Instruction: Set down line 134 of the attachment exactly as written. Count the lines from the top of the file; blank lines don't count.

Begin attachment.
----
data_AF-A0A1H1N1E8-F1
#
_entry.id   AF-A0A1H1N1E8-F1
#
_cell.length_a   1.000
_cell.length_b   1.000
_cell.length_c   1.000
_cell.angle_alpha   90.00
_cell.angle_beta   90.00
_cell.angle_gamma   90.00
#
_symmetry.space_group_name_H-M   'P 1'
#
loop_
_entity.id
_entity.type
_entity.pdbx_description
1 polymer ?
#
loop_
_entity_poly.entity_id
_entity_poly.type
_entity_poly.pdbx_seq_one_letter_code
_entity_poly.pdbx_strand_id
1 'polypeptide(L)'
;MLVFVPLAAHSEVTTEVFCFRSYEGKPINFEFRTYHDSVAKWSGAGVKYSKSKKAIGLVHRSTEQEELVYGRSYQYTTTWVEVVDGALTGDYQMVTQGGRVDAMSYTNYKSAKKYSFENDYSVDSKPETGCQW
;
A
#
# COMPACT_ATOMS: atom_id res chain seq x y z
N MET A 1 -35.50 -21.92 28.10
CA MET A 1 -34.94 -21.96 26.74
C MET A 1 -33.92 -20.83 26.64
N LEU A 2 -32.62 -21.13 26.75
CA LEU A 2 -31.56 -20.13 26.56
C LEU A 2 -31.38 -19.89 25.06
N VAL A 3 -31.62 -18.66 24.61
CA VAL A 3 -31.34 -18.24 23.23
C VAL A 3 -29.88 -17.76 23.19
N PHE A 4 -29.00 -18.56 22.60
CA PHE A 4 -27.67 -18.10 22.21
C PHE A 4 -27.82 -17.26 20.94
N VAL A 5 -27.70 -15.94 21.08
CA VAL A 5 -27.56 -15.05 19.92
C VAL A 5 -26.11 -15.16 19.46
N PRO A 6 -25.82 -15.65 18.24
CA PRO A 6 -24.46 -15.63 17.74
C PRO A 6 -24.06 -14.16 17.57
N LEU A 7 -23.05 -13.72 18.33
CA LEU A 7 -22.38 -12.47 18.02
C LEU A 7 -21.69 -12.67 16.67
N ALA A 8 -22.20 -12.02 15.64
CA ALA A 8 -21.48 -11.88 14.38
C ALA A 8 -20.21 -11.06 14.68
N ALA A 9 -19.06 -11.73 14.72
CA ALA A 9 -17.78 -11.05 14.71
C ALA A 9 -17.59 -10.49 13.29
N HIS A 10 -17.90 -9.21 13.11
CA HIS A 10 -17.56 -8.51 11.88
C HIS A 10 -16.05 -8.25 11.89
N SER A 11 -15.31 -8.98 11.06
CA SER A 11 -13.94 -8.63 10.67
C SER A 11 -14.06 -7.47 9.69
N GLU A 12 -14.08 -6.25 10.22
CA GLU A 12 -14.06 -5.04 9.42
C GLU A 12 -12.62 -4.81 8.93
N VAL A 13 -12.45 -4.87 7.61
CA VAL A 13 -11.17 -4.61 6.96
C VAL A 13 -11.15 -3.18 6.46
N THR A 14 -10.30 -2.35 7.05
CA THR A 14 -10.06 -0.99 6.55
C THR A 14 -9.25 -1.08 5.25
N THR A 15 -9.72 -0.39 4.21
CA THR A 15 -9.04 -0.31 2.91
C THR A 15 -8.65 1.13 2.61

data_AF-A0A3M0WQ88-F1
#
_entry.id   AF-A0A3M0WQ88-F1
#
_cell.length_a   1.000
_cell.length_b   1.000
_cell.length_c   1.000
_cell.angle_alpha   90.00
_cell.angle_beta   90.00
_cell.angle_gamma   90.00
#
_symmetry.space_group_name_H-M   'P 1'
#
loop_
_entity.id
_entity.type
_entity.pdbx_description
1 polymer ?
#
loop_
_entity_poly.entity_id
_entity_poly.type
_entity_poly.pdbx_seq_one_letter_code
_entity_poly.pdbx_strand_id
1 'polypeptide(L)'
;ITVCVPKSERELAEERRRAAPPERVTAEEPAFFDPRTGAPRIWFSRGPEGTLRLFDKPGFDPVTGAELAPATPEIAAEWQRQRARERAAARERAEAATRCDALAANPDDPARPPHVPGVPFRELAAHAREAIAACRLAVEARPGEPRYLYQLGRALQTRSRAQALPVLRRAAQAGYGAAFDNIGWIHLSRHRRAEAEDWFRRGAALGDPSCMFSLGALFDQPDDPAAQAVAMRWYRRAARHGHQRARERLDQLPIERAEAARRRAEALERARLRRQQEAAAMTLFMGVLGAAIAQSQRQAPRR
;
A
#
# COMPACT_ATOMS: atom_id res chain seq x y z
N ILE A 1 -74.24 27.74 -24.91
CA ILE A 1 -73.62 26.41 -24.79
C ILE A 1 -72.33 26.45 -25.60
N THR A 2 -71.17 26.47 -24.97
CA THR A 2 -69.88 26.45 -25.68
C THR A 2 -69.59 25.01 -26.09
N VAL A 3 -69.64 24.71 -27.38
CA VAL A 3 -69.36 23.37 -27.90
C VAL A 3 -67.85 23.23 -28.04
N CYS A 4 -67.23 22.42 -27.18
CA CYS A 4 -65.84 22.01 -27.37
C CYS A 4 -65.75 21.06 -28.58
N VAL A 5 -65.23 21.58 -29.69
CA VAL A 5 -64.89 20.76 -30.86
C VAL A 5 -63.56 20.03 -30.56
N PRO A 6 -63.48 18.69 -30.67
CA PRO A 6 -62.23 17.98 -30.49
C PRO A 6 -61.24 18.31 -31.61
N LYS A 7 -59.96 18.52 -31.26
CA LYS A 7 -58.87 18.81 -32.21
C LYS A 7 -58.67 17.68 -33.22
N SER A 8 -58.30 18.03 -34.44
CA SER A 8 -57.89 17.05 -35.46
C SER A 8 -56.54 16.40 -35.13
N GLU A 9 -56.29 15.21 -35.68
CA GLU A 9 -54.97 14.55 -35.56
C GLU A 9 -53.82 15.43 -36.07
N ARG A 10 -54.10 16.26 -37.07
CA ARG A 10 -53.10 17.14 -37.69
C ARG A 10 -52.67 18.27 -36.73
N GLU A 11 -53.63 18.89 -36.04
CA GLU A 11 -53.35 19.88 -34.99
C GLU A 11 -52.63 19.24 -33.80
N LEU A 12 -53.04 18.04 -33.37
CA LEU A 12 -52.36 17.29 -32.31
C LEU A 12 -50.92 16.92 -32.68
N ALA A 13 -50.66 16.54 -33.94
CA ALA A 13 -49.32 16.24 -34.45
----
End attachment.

CA ARG A 10 -53.10 17.14 -37.69